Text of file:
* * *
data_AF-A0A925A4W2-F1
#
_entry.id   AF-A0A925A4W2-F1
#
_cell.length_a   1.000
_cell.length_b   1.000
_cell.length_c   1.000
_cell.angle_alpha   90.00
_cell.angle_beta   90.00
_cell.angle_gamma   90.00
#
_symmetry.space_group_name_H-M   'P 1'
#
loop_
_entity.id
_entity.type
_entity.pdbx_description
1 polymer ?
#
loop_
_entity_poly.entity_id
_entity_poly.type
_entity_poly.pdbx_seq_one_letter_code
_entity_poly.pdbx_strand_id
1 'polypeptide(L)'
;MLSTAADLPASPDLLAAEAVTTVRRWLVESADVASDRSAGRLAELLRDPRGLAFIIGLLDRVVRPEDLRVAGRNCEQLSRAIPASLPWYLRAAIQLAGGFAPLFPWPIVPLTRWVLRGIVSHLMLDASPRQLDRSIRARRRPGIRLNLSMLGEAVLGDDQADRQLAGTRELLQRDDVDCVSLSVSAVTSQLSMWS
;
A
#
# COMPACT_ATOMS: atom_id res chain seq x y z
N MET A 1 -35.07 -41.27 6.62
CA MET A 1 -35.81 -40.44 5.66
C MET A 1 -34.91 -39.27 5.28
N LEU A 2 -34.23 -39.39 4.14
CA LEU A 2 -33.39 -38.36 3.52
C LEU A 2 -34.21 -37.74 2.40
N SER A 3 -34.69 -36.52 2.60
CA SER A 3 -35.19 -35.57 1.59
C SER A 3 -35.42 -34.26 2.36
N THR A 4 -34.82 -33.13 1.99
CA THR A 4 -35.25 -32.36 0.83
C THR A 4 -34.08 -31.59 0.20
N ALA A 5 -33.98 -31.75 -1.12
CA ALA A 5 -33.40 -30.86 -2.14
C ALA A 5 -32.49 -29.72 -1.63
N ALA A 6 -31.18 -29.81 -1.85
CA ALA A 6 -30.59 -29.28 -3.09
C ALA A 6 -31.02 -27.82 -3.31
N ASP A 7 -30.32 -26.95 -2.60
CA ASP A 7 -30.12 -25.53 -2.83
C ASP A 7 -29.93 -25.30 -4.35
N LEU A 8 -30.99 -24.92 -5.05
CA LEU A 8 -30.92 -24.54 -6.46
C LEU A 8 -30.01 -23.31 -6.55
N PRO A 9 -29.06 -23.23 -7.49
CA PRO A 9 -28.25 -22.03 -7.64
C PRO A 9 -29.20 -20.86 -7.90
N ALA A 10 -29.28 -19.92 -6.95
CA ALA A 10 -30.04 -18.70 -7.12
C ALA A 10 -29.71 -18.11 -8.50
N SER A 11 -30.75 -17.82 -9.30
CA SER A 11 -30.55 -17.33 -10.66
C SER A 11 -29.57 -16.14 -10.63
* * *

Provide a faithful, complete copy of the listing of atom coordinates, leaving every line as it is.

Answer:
data_AF-A0A925A4W2-F1
#
_entry.id   AF-A0A925A4W2-F1
#
_cell.length_a   1.000
_cell.length_b   1.000
_cell.length_c   1.000
_cell.angle_alpha   90.00
_cell.angle_beta   90.00
_cell.angle_gamma   90.00
#
_symmetry.space_group_name_H-M   'P 1'
#
loop_
_entity.id
_entity.type
_entity.pdbx_description
1 polymer ?
#
loop_
_entity_poly.entity_id
_entity_poly.type
_entity_poly.pdbx_seq_one_letter_code
_entity_poly.pdbx_strand_id
1 'polypeptide(L)'
;MLSTAADLPASPDLLAAEAVTTVRRWLVESADVASDRSAGRLAELLRDPRGLAFIIGLLDRVVRPEDLRVAGRNCEQLSRAIPASLPWYLRAAIQLAGGFAPLFPWPIVPLTRWVLRGIVSHLMLDASPRQLDRSIRARRRPGIRLNLSMLGEAVLGDDQADRQLAGTRELLQRDDVDCVSLSVSAVTSQLSMWS
;
A
#
# COMPACT_ATOMS: atom_id res chain seq x y z
N MET A 1 -35.07 -41.27 6.62
CA MET A 1 -35.81 -40.44 5.66
C MET A 1 -34.91 -39.27 5.28
N LEU A 2 -34.23 -39.39 4.14
CA LEU A 2 -33.39 -38.36 3.52
C LEU A 2 -34.21 -37.74 2.40
N SER A 3 -34.69 -36.52 2.60
CA SER A 3 -35.19 -35.57 1.59
C SER A 3 -35.42 -34.26 2.36
N THR A 4 -34.82 -33.13 1.99
CA THR A 4 -35.25 -32.36 0.83
C THR A 4 -34.08 -31.59 0.20
N ALA A 5 -33.98 -31.75 -1.12
CA ALA A 5 -33.40 -30.86 -2.14
C ALA A 5 -32.49 -29.72 -1.63
N ALA A 6 -31.18 -29.81 -1.85
CA ALA A 6 -30.59 -29.28 -3.09
C ALA A 6 -31.02 -27.82 -3.31
N ASP A 7 -30.32 -26.95 -2.60
CA ASP A 7 -30.12 -25.53 -2.83
C ASP A 7 -29.93 -25.30 -4.35
N LEU A 8 -30.99 -24.92 -5.05
CA LEU A 8 -30.92 -24.54 -6.46
C LEU A 8 -30.01 -23.31 -6.55
N PRO A 9 -29.06 -23.23 -7.49
CA PRO A 9 -28.25 -22.03 -7.64
C PRO A 9 -29.20 -20.86 -7.90
N ALA A 10 -29.28 -19.92 -6.95
CA ALA A 10 -30.04 -18.70 -7.12
C ALA A 10 -29.71 -18.11 -8.50
N SER A 11 -30.75 -17.82 -9.30
CA SER A 11 -30.55 -17.33 -10.66
C SER A 11 -29.57 -16.14 -10.63